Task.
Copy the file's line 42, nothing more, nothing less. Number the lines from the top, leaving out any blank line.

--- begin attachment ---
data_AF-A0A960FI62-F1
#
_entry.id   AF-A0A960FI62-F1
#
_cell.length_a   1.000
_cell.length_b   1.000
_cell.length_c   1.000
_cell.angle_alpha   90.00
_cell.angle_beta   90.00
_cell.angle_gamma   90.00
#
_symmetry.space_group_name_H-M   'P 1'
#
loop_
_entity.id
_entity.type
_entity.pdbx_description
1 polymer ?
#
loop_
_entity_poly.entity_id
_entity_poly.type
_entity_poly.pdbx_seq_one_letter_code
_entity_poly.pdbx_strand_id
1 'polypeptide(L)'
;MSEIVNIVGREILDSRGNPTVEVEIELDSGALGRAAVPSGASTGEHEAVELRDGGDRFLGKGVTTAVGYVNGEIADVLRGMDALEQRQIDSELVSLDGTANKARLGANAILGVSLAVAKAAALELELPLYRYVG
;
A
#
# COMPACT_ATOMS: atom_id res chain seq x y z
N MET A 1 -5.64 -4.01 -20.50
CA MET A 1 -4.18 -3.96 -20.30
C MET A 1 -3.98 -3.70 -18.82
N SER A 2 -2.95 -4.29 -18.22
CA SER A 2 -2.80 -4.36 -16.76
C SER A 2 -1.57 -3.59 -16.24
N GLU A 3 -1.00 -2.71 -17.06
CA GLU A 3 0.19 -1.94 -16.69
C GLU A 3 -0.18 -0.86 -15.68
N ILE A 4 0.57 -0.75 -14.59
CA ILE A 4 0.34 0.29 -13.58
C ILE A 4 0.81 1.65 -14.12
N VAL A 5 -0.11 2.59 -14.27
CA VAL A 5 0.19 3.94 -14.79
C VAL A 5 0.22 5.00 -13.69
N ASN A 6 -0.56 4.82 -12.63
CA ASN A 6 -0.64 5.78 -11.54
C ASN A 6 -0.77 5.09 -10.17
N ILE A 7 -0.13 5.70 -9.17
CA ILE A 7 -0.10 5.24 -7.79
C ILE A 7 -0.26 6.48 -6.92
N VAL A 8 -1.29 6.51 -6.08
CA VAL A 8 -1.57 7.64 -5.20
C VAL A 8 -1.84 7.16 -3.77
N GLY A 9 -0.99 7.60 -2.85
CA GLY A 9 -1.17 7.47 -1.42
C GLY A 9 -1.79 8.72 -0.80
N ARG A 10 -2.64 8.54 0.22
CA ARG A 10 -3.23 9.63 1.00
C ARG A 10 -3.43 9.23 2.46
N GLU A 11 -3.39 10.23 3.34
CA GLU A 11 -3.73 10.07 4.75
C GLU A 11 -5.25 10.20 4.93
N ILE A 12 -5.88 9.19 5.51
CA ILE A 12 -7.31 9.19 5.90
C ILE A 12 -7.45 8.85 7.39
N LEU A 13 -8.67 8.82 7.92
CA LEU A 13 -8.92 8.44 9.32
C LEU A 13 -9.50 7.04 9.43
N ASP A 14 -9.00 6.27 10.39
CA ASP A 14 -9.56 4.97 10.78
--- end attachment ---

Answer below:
C ILE A 4 0.81 1.65 -14.12